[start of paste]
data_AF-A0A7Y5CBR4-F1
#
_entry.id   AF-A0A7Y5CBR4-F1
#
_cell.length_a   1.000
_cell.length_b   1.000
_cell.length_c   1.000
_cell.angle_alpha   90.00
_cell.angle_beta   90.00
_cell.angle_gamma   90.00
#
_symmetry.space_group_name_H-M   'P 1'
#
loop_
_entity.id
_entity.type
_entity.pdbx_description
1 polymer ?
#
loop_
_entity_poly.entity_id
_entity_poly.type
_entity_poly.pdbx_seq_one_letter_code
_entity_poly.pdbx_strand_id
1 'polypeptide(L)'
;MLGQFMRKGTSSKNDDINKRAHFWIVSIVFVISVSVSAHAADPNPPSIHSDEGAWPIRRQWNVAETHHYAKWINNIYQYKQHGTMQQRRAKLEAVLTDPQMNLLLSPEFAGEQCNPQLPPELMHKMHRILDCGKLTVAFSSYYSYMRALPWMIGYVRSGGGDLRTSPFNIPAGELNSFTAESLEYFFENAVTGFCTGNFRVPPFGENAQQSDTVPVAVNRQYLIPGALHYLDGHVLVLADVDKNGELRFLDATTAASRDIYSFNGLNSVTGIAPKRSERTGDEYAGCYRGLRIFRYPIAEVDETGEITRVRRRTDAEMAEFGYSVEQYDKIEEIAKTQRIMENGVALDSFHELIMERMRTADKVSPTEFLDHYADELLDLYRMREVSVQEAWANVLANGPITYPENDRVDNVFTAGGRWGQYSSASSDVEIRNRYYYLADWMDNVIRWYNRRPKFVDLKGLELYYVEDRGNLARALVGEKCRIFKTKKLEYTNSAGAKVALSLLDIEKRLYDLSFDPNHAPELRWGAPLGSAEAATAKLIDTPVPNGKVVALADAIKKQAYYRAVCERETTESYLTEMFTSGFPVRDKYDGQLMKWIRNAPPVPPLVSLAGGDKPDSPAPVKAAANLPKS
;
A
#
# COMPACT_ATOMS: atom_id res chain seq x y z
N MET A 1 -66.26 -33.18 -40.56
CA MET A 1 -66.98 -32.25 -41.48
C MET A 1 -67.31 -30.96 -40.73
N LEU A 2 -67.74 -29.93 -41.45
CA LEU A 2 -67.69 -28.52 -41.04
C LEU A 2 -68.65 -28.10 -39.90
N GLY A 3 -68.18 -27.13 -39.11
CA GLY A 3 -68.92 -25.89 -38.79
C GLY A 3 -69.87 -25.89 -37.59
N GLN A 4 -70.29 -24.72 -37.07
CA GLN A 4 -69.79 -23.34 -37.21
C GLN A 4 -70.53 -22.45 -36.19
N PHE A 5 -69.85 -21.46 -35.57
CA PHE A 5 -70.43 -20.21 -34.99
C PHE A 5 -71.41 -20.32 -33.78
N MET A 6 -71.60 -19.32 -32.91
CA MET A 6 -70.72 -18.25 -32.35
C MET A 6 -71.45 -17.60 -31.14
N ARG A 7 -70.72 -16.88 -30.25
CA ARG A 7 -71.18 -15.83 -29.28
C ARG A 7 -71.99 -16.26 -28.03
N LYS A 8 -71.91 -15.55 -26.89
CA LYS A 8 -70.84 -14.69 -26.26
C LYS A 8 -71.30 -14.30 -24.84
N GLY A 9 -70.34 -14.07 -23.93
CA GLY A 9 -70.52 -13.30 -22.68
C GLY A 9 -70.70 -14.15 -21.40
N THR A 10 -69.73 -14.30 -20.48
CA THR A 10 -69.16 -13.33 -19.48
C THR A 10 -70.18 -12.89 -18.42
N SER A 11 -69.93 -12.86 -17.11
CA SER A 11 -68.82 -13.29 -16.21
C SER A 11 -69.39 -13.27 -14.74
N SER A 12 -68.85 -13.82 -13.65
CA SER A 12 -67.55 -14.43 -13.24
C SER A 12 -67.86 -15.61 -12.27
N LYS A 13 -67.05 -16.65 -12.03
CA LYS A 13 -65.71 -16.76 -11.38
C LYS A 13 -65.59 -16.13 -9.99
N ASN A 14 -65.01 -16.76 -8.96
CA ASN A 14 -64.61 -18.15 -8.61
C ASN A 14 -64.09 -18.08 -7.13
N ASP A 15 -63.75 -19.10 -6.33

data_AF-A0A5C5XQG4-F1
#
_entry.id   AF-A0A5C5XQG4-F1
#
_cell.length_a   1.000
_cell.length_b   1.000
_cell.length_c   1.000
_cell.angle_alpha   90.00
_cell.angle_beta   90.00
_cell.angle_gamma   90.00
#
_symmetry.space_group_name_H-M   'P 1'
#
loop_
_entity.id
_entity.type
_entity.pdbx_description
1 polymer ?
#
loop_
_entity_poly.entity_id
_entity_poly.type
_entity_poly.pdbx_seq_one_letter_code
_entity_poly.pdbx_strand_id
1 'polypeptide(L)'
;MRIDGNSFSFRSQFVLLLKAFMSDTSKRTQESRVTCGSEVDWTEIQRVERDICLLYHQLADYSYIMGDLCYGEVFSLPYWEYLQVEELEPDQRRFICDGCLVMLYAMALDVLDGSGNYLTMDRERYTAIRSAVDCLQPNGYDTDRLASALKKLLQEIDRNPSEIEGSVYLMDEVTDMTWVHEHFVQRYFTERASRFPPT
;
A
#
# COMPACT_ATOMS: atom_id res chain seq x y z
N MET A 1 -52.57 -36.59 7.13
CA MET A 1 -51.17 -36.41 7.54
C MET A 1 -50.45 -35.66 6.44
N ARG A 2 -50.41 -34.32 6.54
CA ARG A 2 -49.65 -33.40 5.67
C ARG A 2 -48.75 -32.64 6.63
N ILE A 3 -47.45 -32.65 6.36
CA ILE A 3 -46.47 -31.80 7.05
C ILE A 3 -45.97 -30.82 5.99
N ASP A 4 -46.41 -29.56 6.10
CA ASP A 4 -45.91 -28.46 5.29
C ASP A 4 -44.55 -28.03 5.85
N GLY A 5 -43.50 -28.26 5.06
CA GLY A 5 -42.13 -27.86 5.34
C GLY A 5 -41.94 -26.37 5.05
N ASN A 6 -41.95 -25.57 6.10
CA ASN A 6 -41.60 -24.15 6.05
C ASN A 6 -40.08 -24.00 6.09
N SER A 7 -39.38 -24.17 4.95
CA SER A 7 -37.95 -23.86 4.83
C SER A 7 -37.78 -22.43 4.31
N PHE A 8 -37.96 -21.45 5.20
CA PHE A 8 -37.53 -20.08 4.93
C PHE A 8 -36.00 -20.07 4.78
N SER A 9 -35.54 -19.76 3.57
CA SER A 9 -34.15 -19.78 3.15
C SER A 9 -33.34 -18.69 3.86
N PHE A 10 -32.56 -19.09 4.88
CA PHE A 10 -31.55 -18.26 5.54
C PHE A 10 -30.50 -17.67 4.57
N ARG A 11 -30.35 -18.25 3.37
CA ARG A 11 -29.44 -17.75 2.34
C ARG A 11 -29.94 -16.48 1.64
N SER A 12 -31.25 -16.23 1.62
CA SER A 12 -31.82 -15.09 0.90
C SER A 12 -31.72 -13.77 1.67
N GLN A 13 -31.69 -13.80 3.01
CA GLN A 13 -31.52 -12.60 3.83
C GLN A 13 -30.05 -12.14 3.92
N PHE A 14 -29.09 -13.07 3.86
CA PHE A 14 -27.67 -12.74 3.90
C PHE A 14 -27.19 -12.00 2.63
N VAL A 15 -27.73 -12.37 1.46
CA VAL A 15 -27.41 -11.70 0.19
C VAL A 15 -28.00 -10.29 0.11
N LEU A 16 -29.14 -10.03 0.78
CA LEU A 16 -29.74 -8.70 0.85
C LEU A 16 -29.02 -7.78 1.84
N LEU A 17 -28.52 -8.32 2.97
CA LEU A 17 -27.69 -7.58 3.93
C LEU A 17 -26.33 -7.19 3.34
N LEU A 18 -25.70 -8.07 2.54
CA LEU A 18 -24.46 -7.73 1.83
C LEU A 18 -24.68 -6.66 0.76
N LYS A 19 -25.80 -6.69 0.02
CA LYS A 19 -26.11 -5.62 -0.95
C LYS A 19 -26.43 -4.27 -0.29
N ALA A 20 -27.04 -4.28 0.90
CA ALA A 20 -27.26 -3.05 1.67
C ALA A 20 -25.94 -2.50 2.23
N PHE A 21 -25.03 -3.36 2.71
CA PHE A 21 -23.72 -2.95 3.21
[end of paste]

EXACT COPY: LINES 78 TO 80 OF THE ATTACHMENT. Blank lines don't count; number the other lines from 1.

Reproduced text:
_cell.length_a   1.000
_cell.length_b   1.000
_cell.length_c   1.000